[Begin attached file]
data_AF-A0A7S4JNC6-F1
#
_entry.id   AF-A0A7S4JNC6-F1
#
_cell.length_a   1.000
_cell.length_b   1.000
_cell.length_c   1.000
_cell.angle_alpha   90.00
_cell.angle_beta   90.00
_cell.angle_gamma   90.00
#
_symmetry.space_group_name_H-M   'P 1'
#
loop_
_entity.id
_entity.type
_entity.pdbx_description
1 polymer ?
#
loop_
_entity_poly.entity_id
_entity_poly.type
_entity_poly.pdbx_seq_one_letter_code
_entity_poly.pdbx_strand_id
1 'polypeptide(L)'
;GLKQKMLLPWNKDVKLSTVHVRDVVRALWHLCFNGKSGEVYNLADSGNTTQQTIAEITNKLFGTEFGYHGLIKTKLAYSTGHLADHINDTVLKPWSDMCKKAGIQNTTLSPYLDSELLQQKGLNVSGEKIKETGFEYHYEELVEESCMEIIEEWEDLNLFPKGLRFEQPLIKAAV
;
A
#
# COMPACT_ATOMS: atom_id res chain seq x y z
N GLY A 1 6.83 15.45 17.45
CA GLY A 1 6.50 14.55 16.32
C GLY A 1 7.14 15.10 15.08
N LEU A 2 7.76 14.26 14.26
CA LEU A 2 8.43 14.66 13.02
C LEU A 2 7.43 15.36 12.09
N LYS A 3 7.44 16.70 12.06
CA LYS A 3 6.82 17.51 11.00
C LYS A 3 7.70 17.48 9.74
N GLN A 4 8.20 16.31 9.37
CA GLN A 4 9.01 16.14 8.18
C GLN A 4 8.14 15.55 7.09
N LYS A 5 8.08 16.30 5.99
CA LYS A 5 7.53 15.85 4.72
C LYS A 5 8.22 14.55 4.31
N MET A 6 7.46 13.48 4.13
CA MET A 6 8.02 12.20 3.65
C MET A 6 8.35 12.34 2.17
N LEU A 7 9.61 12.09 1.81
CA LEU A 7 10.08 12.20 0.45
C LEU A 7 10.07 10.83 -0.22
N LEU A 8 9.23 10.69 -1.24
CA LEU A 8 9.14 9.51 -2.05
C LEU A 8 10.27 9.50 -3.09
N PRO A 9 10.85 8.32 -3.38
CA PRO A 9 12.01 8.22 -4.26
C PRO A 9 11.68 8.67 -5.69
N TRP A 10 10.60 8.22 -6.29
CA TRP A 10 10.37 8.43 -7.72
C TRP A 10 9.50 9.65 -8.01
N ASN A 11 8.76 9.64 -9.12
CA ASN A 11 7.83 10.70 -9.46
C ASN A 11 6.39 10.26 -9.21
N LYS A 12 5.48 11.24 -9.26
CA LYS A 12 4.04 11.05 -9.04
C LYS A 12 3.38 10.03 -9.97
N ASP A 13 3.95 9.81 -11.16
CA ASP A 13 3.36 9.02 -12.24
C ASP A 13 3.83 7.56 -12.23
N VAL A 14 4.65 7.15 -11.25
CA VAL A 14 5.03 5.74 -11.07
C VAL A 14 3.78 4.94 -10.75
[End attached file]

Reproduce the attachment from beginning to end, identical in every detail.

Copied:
data_AF-A0A7S4JNC6-F1
#
_entry.id   AF-A0A7S4JNC6-F1
#
_cell.length_a   1.000
_cell.length_b   1.000
_cell.length_c   1.000
_cell.angle_alpha   90.00
_cell.angle_beta   90.00
_cell.angle_gamma   90.00
#
_symmetry.space_group_name_H-M   'P 1'
#
loop_
_entity.id
_entity.type
_entity.pdbx_description
1 polymer ?
#
loop_
_entity_poly.entity_id
_entity_poly.type
_entity_poly.pdbx_seq_one_letter_code
_entity_poly.pdbx_strand_id
1 'polypeptide(L)'
;GLKQKMLLPWNKDVKLSTVHVRDVVRALWHLCFNGKSGEVYNLADSGNTTQQTIAEITNKLFGTEFGYHGLIKTKLAYSTGHLADHINDTVLKPWSDMCKKAGIQNTTLSPYLDSELLQQKGLNVSGEKIKETGFEYHYEELVEESCMEIIEEWEDLNLFPKGLRFEQPLIKAAV
;
A
#
# COMPACT_ATOMS: atom_id res chain seq x y z
N GLY A 1 6.83 15.45 17.45
CA GLY A 1 6.50 14.55 16.32
C GLY A 1 7.14 15.10 15.08
N LEU A 2 7.76 14.26 14.26
CA LEU A 2 8.43 14.66 13.02
C LEU A 2 7.43 15.36 12.09
N LYS A 3 7.44 16.70 12.06
CA LYS A 3 6.82 17.51 11.00
C LYS A 3 7.70 17.48 9.74
N GLN A 4 8.20 16.31 9.37
CA GLN A 4 9.01 16.14 8.18
C GLN A 4 8.14 15.55 7.09
N LYS A 5 8.08 16.30 5.99
CA LYS A 5 7.53 15.85 4.72
C LYS A 5 8.22 14.55 4.31
N MET A 6 7.46 13.48 4.13
CA MET A 6 8.02 12.20 3.65
C MET A 6 8.35 12.34 2.17
N LEU A 7 9.61 12.09 1.81
CA LEU A 7 10.08 12.20 0.45
C LEU A 7 10.07 10.83 -0.22
N LEU A 8 9.23 10.69 -1.24
CA LEU A 8 9.14 9.51 -2.05
C LEU A 8 10.27 9.50 -3.09
N PRO A 9 10.85 8.32 -3.38
CA PRO A 9 12.01 8.22 -4.26
C PRO A 9 11.68 8.67 -5.69
N TRP A 10 10.60 8.22 -6.29
CA TRP A 10 10.37 8.43 -7.72
C TRP A 10 9.50 9.65 -8.01
N ASN A 11 8.76 9.64 -9.12
CA ASN A 11 7.83 10.70 -9.46
C ASN A 11 6.39 10.26 -9.21
N LYS A 12 5.48 11.24 -9.26
CA LYS A 12 4.04 11.05 -9.04
C LYS A 12 3.38 10.03 -9.97
N ASP A 13 3.95 9.81 -11.16
CA ASP A 13 3.36 9.02 -12.24
C ASP A 13 3.83 7.56 -12.23
N VAL A 14 4.65 7.15 -11.25
CA VAL A 14 5.03 5.74 -11.07
C VAL A 14 3.78 4.94 -10.75